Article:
Free Argumentative Essay About Drug Testing And Welfare Benefits
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Twelve states in the United States have passed laws regarding screening or drug testing for all applicants of welfare benefits. The states include Missouri, Michigan, Florida, Alabama, Georgia, North Carolina, Tennessee, Oklahoma, Utah, Kansas, Arizona, and Mississippi. The legislations have varying requirements. Some require a particular screening process; others apply to all applicants while others contain specific language that seemingly points to a belief that many applicants are engaged in illegal drug use. Drug abuse issues have occupied discussions involving public assistance policies for long now. More states have proposed laws that would essentially make drug testing mandatory for recipients of public welfare benefits (Duncan and Brooks, 2000).Moreover, the welfare legislation bars states from offering welfare assistance, in the form of Temporary Assistance for Needy Families, to people who are convicted of crimes of possessing, distributing, or using outlawed drugs. Drug abuse reduces the chances of a person finding or holding jobs thus limiting the transition of the individual from a welfare beneficiary to an employee or self-employed. From this background, it is my position that drug testing should be a necessary requirement in order for people to receive welfare benefits.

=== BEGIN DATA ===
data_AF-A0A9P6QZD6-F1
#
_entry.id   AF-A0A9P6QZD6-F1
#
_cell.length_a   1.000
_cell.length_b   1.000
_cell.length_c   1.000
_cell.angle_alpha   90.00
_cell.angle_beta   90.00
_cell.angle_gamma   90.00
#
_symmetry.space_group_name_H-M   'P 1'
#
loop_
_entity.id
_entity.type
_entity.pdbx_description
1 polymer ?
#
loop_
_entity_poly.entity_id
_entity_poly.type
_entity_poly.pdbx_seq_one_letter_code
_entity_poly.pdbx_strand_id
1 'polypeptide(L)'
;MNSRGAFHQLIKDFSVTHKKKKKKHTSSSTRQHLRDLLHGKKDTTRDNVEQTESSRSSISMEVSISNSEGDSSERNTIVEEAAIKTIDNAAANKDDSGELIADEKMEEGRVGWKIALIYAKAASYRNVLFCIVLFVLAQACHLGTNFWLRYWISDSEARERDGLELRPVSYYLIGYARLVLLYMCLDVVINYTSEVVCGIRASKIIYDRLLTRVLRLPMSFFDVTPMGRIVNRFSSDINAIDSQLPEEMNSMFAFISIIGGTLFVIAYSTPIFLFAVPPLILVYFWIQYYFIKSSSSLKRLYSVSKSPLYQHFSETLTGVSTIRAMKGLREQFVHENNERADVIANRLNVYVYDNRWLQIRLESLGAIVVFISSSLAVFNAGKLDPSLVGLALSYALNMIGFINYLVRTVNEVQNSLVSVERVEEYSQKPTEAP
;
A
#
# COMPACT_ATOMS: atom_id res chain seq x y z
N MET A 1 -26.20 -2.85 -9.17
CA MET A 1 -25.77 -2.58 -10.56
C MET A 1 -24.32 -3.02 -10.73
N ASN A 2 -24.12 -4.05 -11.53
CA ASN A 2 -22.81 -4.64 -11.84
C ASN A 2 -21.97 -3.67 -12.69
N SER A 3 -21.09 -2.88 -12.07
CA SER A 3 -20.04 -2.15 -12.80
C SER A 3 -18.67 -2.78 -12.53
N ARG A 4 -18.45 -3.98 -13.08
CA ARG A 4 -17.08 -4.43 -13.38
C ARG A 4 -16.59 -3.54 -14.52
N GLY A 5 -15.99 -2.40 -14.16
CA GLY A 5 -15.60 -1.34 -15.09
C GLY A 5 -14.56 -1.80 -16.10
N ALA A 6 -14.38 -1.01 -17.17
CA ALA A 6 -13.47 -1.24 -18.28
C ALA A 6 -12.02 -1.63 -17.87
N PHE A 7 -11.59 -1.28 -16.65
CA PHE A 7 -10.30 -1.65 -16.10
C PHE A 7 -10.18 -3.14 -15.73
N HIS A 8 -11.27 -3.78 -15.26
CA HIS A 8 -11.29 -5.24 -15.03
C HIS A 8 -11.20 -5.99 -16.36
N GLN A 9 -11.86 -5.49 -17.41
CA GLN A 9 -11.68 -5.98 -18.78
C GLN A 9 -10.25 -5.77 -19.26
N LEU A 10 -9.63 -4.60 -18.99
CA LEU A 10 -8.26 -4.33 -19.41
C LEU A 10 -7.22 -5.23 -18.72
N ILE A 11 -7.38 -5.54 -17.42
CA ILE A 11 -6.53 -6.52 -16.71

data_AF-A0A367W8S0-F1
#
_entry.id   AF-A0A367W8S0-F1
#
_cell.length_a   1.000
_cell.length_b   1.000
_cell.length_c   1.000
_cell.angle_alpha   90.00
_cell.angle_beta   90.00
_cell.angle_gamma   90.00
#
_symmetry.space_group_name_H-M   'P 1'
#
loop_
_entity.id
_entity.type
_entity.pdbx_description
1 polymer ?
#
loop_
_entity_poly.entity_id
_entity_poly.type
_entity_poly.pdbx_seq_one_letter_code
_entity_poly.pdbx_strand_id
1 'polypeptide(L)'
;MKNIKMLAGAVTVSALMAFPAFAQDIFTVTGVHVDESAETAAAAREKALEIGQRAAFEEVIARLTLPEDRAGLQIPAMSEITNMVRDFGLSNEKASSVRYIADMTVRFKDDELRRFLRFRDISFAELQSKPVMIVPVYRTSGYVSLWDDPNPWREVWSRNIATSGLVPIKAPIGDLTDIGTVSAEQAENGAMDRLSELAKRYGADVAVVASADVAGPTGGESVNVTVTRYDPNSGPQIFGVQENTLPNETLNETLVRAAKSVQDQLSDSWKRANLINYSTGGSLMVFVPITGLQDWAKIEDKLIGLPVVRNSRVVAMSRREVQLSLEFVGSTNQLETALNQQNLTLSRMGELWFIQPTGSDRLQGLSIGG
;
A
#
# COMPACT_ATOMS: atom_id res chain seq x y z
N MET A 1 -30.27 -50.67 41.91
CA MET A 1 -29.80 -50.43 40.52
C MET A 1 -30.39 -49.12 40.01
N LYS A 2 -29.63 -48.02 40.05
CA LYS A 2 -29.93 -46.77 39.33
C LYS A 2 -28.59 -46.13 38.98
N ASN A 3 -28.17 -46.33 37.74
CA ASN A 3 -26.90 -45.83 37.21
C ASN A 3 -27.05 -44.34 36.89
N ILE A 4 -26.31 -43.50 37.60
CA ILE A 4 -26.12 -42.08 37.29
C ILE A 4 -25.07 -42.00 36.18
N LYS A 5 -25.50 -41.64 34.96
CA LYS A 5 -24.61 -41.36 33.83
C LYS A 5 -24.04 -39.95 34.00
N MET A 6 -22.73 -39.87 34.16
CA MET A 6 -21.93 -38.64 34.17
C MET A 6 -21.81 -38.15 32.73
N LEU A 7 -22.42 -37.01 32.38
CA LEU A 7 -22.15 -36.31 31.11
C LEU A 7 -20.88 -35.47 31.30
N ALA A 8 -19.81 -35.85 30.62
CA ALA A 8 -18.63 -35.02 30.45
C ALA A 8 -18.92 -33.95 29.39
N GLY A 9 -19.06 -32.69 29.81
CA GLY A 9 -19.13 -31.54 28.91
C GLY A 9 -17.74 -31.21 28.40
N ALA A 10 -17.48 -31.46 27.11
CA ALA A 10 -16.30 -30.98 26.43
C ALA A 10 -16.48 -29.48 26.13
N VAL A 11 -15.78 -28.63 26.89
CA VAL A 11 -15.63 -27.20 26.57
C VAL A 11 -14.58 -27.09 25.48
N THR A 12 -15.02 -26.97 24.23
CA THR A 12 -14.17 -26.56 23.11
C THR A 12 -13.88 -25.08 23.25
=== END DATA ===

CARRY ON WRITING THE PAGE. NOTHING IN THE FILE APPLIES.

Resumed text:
At all instances, taxpayers’ money should serve the purpose it is intended for. Issuing welfare benefits to people who end up supporting the drug habit of a person is just unreasonable. The welfare program should be used to serve the purpose of enabling people to get back on the path of self-sufficiency. Drugs inhibit people from achieving self-sufficiency (Metsch and Brooks, 2005). Sometimes welfare beneficiaries can resort to selling the welfare in order to obtain their drugs fix. This is essentially throwing taxpayers’ money down the drain.
Secondly, the screening and drug testing will be crucial in identifying people who are choked on drug abuse. People engaged in drug abuse can be best helped by being enrolled in rehabilitation facilities so they can be guided on the path self-sufficiency. Essentially, welfare exists so as to help get back on their feet (Guthrie, 1990). This rehabilitation is a crucial step in helping people ditch destructive habits. Once they overcome this, they will be able to utilize the welfare benefits to lift themselves up.
Another reason that should necessitate drug testing of welfare beneficiaries is for purposes examine the reasons that are making them needy. Drug use is one of the things that can make people lazy ultimately degenerating into useless members of the society. The drug abusers will not be motivated to go out and search for jobs because they will not see the need to look for jobs when welfare benefits exist. Drug testing will ensure that they are denied the benefits and are helped to drop drug use and make their lives more meaningful.